Tibbals v. Carter

Summarized by:

  • Court: U.S. Supreme Court Certiorari Granted
  • Area(s) of Law: Habeas Corpus
  • Date Filed: March 19, 2012
  • Case #: 11-218
  • Judge(s)/Court Below: Court Below: 644 F.3d 329 (6th Cir. 2011)
  • Full Text Opinion

Whether a prisoner who has been sentenced to death has a "right to competence" and if so whether a federal court may stay habeas proceedings indefinitely.

Respondent was convicted of aggravated murder and sentenced to death. After Respondent exhausted his state reviews and stopped communicating with counsel, his attorneys filed a habeas petition along with a motion for a competency hearing.

The district court held a competency hearing and found Respondent incompetent. Applying the Ninth Circuit’s decision in Rohan ex rel. Gates v. Woodford the district court found a statutory "right to competence" in habeas proceedings, dismissed the habeas petition without prejudice, and tolled the statute of limitations until Respondent was competent. The Court of Appeals for the Sixth Circuit affirmed but used different reasoning. Rather than using Rohan, the Sixth Circuit found a statutory "right to competence" under Rees v. Peyton, 384 U.S. 312 (1966). The Sixth Circuit stated that the district court should have followed the remedy in Rohan and stayed the petition until Respondent was found competent instead of dismissing the petition without prejudice.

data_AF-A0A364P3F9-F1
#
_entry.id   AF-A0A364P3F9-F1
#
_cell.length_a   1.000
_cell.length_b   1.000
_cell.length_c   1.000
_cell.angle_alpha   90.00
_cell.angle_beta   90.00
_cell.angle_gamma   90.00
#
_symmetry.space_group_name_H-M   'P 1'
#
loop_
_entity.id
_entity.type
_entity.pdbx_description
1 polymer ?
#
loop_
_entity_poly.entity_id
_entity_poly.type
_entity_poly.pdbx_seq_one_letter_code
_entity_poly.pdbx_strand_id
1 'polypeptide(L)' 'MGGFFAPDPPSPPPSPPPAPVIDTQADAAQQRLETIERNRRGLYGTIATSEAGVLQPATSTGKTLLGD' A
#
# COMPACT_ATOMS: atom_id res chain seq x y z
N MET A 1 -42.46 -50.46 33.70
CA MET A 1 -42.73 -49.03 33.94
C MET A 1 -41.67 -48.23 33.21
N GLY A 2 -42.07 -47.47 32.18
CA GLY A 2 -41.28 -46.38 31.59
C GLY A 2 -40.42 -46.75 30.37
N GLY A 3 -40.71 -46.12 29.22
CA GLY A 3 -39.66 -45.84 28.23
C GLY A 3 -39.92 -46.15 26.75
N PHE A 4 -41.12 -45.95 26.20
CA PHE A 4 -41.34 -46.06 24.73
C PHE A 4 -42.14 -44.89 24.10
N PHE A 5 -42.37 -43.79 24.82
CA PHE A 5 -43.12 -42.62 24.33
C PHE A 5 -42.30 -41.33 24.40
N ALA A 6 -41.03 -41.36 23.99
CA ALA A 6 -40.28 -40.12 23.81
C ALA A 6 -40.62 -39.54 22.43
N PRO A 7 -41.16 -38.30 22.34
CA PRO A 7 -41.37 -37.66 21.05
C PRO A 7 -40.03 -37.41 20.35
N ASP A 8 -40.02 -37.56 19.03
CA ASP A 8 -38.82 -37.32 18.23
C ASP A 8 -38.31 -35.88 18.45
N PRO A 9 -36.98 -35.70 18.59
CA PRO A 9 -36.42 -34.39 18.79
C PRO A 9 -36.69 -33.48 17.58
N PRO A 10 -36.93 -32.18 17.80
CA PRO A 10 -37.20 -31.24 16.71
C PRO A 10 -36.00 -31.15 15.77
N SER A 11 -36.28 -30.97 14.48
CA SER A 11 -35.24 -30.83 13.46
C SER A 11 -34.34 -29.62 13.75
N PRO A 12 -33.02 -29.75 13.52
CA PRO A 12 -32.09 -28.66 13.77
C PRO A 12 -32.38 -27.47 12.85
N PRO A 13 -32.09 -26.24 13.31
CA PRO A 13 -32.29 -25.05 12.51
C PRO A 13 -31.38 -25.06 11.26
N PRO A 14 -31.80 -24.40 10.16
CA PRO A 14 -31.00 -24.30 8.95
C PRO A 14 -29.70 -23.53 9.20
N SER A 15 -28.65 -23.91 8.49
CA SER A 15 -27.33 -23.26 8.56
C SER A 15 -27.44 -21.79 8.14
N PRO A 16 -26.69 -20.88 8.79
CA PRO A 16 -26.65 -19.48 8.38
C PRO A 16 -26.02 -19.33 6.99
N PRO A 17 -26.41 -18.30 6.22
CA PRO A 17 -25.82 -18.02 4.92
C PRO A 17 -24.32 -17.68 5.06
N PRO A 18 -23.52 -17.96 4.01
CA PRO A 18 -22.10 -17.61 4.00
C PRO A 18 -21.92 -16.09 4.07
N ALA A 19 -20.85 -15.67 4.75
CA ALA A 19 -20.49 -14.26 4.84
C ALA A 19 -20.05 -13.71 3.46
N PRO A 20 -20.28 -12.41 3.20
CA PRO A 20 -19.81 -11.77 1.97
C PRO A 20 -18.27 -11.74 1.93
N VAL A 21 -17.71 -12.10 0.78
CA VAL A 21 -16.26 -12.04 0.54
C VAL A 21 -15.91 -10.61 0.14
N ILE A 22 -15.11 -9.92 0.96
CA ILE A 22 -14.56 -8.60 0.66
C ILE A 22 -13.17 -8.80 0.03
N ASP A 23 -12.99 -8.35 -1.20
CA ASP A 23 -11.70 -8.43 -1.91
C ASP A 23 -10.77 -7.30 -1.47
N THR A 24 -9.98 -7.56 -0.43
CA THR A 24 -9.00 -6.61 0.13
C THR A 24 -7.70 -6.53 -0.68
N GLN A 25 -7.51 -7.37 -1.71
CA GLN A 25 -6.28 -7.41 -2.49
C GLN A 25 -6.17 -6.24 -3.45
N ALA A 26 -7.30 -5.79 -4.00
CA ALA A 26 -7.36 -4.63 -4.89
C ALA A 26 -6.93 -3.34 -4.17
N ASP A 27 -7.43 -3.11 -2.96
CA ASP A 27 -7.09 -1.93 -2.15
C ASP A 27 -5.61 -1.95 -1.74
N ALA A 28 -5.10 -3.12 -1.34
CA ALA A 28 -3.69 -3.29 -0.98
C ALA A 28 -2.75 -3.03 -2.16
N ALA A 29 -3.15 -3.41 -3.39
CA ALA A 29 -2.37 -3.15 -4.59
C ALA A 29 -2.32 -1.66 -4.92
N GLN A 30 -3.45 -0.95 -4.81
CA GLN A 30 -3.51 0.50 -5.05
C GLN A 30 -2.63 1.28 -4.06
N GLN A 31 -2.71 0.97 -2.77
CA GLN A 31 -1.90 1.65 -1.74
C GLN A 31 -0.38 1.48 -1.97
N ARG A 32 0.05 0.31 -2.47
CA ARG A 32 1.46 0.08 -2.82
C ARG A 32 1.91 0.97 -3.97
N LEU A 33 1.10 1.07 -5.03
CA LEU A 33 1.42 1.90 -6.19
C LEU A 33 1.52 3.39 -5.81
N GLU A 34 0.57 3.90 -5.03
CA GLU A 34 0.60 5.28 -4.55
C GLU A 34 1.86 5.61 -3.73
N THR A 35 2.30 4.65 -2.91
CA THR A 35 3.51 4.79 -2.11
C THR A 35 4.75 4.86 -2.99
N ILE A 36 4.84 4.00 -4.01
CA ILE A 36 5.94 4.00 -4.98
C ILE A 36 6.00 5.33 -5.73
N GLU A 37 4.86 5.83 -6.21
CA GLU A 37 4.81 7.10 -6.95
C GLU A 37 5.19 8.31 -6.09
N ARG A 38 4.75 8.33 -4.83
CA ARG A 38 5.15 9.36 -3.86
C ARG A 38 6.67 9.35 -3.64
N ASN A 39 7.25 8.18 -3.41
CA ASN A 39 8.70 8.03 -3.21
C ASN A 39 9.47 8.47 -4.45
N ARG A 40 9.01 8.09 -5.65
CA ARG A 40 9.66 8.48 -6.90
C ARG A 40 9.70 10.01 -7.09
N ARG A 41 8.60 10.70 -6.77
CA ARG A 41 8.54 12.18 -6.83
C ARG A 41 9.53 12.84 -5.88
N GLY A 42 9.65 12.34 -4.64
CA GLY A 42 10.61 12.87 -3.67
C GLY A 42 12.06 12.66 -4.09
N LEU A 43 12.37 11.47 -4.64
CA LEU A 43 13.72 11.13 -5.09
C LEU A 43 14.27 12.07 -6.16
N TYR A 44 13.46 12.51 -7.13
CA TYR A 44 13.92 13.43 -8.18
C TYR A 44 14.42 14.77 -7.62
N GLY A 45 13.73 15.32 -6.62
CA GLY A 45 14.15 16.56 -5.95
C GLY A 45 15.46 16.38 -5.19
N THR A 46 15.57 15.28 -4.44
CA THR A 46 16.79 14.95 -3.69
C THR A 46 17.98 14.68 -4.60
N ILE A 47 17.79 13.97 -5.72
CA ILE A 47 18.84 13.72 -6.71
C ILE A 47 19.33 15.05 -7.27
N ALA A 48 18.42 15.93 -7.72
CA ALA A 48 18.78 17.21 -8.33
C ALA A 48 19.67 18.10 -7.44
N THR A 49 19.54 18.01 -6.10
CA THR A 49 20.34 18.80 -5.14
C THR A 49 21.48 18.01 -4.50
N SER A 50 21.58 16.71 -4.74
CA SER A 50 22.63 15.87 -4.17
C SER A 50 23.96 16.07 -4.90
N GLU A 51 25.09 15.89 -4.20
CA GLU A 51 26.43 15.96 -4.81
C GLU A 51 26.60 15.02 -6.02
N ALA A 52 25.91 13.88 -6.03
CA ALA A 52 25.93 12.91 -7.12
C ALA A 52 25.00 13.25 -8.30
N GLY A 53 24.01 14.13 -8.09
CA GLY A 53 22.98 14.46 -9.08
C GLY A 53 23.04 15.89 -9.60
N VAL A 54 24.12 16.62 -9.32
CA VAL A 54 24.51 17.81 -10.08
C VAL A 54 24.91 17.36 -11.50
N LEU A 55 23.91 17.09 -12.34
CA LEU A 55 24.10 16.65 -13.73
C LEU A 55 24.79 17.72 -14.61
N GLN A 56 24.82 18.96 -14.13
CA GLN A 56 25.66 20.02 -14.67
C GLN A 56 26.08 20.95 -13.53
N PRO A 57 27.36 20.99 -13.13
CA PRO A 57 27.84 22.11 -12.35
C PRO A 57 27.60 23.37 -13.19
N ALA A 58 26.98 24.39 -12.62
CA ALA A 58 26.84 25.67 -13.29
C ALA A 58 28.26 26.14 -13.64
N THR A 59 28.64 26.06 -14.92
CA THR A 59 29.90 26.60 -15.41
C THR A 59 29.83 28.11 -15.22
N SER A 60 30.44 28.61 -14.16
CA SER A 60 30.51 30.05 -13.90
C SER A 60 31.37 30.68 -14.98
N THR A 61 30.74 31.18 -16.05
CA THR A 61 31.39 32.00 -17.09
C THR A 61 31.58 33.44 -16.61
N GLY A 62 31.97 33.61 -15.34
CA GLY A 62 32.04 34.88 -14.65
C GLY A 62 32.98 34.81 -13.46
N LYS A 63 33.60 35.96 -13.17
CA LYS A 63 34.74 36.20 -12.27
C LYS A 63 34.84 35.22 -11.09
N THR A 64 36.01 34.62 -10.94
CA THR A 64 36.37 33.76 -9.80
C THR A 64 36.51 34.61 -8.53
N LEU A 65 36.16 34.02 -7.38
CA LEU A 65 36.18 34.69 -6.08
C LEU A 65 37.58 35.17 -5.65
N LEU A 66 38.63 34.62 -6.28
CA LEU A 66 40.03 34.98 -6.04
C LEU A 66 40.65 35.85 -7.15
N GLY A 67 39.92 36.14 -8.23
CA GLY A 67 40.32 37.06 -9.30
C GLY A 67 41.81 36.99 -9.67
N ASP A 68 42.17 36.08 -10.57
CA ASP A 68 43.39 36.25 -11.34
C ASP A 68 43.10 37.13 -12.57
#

Petitioner argues that the Sixth Circuit applied Rees too broadly because Rees only applies when a prisoner on death row abandons legal proceedings and has never been used to establish a "right to competence". Additionally, Petitioner argues that the court's decision will permit prisoners to obtain an indefinite stay easily and consequently will obstruct justice in the Sixth Circuit.

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